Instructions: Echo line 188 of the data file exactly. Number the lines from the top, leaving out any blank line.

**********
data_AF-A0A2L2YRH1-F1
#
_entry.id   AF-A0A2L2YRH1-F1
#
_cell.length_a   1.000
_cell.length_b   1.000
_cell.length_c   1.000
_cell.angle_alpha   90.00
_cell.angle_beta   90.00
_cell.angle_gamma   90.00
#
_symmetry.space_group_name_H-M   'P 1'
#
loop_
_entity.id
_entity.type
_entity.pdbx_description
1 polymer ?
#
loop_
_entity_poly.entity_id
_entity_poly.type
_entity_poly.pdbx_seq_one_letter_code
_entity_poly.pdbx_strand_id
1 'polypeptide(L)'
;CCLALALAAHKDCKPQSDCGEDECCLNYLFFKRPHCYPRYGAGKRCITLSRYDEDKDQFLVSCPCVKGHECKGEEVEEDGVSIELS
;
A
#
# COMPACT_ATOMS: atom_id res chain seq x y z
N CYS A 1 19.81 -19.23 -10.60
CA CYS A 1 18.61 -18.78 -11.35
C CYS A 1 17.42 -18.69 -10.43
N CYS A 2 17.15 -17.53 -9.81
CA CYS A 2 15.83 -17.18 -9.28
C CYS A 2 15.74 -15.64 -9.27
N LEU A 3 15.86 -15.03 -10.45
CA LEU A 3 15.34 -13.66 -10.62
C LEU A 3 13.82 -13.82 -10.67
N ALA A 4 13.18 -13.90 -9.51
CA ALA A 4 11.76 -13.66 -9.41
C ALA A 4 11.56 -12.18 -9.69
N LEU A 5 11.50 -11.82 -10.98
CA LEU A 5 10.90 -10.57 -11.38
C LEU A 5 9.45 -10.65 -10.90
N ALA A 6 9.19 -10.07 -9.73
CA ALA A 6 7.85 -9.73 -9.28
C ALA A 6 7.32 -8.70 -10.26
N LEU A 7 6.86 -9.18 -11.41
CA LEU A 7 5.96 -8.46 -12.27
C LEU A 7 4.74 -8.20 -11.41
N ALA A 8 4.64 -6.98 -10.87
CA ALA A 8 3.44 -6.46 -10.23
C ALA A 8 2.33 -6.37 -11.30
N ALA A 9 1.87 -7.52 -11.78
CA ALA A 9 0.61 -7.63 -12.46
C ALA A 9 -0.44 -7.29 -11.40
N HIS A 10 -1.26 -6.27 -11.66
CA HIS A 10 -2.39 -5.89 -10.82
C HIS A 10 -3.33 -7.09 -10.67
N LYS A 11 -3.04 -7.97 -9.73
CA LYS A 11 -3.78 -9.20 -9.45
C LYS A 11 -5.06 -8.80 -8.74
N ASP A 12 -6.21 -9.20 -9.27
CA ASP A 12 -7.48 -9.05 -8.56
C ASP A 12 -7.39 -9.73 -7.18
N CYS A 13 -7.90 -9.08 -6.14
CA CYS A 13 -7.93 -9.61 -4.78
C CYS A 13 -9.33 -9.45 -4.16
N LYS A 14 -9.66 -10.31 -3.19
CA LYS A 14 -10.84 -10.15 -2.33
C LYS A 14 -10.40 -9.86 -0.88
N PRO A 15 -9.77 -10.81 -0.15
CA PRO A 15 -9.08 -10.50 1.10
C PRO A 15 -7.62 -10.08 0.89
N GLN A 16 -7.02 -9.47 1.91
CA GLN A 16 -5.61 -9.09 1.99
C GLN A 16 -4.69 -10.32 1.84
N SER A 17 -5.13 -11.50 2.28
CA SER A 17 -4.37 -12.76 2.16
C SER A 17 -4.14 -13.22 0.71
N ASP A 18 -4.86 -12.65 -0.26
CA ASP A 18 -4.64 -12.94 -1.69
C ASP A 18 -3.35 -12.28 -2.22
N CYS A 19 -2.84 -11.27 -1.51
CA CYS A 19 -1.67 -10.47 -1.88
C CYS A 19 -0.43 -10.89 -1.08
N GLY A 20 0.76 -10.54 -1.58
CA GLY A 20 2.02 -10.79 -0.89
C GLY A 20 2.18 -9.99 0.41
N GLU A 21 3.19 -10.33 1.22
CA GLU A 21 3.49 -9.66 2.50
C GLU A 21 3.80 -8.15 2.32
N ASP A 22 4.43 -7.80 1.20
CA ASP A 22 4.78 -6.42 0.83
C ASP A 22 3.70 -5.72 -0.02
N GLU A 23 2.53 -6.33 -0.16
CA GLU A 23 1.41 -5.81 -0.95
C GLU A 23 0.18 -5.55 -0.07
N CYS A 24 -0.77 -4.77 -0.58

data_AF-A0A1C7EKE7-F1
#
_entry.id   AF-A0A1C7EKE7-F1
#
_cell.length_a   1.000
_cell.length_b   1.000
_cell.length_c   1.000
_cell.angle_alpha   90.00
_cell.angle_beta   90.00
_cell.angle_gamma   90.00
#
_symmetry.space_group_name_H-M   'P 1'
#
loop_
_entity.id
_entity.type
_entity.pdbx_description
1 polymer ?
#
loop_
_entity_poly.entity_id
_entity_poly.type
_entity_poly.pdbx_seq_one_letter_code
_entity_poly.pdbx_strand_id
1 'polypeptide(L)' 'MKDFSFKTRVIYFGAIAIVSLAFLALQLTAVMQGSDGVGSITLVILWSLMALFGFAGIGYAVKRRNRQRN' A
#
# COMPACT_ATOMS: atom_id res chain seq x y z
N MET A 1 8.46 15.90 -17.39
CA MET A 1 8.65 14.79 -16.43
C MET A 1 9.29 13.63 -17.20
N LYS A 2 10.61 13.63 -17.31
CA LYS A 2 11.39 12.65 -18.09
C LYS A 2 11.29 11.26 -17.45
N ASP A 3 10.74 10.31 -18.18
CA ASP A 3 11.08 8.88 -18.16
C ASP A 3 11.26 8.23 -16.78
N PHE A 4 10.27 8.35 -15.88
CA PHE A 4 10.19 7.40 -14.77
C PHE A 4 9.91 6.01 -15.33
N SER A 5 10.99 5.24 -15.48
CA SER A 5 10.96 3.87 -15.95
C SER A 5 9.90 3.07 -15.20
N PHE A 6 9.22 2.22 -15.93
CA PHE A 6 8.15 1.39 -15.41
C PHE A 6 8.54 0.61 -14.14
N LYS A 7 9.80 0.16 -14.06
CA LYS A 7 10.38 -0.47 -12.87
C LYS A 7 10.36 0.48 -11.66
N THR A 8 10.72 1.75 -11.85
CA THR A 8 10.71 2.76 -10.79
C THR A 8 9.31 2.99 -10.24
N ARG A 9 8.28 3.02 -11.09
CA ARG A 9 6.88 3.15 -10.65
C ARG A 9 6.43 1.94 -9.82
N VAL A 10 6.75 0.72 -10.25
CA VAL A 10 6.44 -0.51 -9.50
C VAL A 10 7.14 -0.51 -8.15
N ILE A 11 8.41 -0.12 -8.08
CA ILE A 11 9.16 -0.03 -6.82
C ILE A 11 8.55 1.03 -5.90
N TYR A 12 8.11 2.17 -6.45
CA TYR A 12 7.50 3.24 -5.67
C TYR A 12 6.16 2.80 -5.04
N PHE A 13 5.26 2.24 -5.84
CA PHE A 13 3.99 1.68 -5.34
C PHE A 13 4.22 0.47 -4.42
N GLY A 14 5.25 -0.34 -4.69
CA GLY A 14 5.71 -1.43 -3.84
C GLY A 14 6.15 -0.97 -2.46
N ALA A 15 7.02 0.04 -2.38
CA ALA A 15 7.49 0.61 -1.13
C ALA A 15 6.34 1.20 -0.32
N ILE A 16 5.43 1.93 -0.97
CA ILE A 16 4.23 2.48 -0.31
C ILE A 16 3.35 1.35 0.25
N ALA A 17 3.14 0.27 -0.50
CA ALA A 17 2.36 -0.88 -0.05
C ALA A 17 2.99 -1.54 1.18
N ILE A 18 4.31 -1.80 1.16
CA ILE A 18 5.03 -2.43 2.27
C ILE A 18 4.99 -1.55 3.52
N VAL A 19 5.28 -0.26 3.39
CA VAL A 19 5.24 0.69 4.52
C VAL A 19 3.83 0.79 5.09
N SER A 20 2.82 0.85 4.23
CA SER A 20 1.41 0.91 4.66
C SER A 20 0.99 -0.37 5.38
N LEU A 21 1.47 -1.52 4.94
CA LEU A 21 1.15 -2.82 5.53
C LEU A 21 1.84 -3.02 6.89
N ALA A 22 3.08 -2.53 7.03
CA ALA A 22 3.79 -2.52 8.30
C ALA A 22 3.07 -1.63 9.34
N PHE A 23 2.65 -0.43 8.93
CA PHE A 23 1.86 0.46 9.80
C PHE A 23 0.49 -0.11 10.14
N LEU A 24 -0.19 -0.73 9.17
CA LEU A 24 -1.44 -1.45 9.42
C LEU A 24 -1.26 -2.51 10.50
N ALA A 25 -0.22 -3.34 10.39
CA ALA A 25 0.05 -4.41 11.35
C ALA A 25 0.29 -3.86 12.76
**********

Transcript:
N LEU A 21 1.47 -1.52 4.94